Letter: Who decides which animals have ‘souls’?

Editor: Re: ‘There is no humane way of taking a life,’ (the Times, May 24). The letter was in response to a previous Times article, describing how horse meat had been taken off the menu at a local restaurant.

I respect and accept Maha Kali for their decision to refrain from consuming meat in their diet — although such was not exactly made clear in their comments.

However, I do take exception to the precepts that animals have souls, that they mourn, love and think or that they fear and suffer.

Inarguably, these are all qualities we humans assign to ourselves. Yet, to suppose that such higher level functions exist across the scope of all life is a major leap.

Does this mean that spiders, flies, worms and grubs or lizards, snakes and beetle are likewise endowed with such feelings and concerns? If not, why not? Are they not also animals? Also, if not, who gets to decide which creatures have the capacity to love, mourn and experience fear, let alone possess a soul?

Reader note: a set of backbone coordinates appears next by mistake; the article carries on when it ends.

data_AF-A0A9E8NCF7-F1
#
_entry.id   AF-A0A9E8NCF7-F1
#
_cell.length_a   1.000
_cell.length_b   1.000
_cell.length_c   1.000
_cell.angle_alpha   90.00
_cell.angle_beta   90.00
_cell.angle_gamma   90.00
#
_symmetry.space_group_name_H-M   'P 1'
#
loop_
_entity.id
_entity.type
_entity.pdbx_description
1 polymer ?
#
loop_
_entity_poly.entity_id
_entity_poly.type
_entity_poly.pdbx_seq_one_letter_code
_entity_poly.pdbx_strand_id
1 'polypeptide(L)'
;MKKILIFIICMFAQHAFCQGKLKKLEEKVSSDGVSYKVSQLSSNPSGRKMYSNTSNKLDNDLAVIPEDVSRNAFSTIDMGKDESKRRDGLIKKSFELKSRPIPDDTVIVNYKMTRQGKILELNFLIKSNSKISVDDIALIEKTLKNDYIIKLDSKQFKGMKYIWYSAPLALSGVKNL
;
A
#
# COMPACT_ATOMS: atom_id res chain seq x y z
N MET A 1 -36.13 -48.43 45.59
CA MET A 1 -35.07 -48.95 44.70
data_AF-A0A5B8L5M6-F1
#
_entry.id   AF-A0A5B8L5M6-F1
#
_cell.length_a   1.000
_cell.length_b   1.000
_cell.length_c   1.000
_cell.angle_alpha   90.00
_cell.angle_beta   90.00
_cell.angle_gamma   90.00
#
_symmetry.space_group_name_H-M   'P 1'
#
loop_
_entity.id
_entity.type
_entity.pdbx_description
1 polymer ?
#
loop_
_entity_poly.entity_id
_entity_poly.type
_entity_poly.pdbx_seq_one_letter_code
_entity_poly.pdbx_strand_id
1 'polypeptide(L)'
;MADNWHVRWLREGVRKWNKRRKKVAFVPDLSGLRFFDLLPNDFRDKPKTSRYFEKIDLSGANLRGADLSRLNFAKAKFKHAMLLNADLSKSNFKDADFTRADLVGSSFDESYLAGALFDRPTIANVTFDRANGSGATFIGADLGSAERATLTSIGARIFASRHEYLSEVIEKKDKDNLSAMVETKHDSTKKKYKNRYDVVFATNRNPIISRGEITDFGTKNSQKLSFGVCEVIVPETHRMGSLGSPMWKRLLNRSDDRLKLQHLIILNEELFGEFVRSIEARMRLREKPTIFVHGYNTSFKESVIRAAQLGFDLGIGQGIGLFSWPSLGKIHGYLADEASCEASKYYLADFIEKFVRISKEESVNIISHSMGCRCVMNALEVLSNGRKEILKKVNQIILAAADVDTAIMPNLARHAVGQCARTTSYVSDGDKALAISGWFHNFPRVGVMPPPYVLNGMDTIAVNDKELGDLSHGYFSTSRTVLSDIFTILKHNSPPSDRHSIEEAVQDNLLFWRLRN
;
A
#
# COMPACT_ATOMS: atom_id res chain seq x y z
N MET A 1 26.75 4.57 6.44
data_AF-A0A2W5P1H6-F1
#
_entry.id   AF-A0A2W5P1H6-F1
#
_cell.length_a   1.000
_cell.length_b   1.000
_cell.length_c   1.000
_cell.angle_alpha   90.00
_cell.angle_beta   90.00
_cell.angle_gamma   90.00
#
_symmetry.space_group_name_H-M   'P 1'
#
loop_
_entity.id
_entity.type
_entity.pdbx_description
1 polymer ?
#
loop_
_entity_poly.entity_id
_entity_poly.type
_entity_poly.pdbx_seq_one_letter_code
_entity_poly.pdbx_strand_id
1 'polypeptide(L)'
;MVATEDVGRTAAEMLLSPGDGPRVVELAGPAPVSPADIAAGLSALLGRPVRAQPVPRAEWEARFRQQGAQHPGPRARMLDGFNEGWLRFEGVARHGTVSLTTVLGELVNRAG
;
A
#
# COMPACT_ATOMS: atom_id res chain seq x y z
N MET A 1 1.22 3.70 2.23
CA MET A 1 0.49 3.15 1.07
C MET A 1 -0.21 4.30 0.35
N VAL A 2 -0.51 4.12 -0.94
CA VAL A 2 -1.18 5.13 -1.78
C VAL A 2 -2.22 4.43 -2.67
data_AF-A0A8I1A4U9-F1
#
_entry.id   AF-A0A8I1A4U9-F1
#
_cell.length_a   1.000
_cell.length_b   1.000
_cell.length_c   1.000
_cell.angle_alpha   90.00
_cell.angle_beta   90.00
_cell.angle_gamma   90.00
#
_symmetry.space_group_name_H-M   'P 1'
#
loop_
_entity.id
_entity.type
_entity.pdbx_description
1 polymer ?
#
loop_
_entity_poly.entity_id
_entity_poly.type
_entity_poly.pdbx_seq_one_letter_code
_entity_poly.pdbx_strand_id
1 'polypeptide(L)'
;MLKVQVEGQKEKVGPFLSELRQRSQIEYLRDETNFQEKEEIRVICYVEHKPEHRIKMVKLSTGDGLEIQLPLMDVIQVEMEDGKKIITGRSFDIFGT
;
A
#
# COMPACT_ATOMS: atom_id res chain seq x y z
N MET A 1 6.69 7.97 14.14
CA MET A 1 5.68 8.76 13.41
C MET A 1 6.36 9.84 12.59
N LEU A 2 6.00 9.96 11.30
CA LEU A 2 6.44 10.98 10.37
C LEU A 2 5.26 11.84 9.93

to take this point to an extreme, since plants are also ‘alive,’ shouldn’t we also refrain from consuming them? Perhaps their suffering is more severe than the creatures described by Maha Kali. Perhaps a plant’s screams, brought on by harvesting and consumption are outside our human ear’s ability to hear, listen and drive the needed change away from such horrid practice.

Sorry if I’ve offended anyone, but simply put, we each may choose many of the paths that make up a life.

If you choose to believe that all animals have a soul, then you must accept that others among us believe differently. More to the point, and is is important, these differences do not make those who believe them bad, wrong or mean. They are just capable of deciding for themselves what path is best for their life.

I’m glad Maha Kali loves animals — so do I — and I also enjoy meat in my diet, too.

Stephen Ross,


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